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Brazil Says 'Yes' to Genetically Modified Foods. Mexico Says 'No'

For related articles and more information, please visit OCA's Genetic Engineering page and our Millions Against Monsanto page.

A week and a half ago, according to Mexican media reports, a federal district judge issued an injunction suspending field trials of genetically modified corn. It's been illegal to grow GM corn for consumption in Mexico since 1998, so the decision effectively means no one can grow genetically modified varieties of Mexico's national crop for any reason.

Contrast this with what's happening in Brazil. There, Embrapa, the national agricultural research and development institute, is going full-tilt on a project to bring to market a bean genetically modified to fight off the golden mosaic virus, a plague that, according to the Financial Times, costs the country 8 percent of its average annual bean crop. (Beans are as ubiquitous on Brazilian dinner plates as corn tortillas are in Mexico.) Some 85 percent of Brazil's soy crop is already GM, and the country's Centro de Tecnologia Canavieira (CTC) is working on genetically engineered varieties of sugar cane, a major crop.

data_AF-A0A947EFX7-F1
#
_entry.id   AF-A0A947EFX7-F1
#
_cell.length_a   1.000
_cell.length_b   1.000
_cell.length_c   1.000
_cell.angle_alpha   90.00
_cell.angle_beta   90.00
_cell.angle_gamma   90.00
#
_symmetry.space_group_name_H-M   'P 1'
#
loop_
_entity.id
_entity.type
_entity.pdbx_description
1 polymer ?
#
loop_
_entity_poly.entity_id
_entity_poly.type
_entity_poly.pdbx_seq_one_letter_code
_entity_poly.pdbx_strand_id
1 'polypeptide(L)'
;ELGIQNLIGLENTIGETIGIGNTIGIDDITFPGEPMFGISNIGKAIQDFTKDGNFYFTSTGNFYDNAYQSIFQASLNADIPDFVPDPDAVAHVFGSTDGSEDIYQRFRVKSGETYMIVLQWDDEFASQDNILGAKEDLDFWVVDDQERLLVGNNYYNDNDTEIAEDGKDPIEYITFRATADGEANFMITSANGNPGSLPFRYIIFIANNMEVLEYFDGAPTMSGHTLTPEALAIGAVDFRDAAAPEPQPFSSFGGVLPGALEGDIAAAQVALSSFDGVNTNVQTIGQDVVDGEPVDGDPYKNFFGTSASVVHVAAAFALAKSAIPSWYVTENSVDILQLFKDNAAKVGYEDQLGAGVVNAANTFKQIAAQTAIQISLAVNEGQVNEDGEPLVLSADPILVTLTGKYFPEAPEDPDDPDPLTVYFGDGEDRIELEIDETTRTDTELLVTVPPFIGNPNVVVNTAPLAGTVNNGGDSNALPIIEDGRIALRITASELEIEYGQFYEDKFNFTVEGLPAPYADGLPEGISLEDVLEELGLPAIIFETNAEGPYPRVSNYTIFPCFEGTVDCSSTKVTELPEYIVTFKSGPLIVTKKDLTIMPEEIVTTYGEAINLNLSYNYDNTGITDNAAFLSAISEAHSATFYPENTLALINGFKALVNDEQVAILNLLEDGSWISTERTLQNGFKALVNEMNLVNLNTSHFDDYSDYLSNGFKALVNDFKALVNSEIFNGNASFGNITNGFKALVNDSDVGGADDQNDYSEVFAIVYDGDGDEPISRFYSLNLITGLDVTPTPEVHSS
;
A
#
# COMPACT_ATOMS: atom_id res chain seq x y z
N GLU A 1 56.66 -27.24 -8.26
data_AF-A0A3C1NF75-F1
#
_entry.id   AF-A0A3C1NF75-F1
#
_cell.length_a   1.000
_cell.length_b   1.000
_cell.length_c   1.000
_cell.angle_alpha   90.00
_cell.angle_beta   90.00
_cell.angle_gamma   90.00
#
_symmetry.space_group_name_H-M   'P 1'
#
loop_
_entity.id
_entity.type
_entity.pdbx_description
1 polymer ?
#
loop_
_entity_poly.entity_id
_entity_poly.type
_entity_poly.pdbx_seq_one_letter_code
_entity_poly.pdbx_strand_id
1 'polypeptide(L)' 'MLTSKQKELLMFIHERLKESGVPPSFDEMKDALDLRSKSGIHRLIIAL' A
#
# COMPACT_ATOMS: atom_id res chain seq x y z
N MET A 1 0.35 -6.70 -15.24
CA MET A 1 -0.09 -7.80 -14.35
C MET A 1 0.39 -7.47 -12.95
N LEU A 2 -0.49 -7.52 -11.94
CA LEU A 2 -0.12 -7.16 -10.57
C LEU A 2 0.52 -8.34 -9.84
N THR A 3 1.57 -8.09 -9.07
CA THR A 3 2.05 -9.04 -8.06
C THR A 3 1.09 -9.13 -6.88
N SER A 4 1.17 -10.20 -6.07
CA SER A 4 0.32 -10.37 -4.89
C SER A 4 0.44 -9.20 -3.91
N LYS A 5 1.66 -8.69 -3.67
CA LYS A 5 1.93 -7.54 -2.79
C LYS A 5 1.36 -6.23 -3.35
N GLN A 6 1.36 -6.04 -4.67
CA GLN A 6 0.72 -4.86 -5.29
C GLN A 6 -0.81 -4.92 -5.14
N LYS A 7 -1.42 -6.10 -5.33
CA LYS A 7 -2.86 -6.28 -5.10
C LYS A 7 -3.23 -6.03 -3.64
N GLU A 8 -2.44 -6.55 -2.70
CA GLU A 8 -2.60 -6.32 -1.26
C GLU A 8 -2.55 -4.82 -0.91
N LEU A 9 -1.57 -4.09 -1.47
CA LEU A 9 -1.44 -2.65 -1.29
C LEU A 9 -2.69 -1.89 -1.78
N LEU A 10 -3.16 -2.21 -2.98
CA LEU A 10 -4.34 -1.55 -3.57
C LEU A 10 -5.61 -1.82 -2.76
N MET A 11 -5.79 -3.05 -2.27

Amid the global debate over genetically modified foods (also called genetically modified organisms, or GMOs), it's striking to see Latin America's biggest economic engines going in such different directions on the issue. Throw the U.S. into the mix, and you begin to see just how many ways people can disagree about the acceptability of tinkering with DNA in search of higher yields and hardier plants.   

In the U.S., the controversy pits agricultural giants such as Monsanto (MON) and commodity corn, cotton, and soy farmers against organic farmers and the consumers who favor their produce. The debate is playing out mostly in state ballot initiatives as to whether foods with GM ingredients must be labeled as such on store shelves.  


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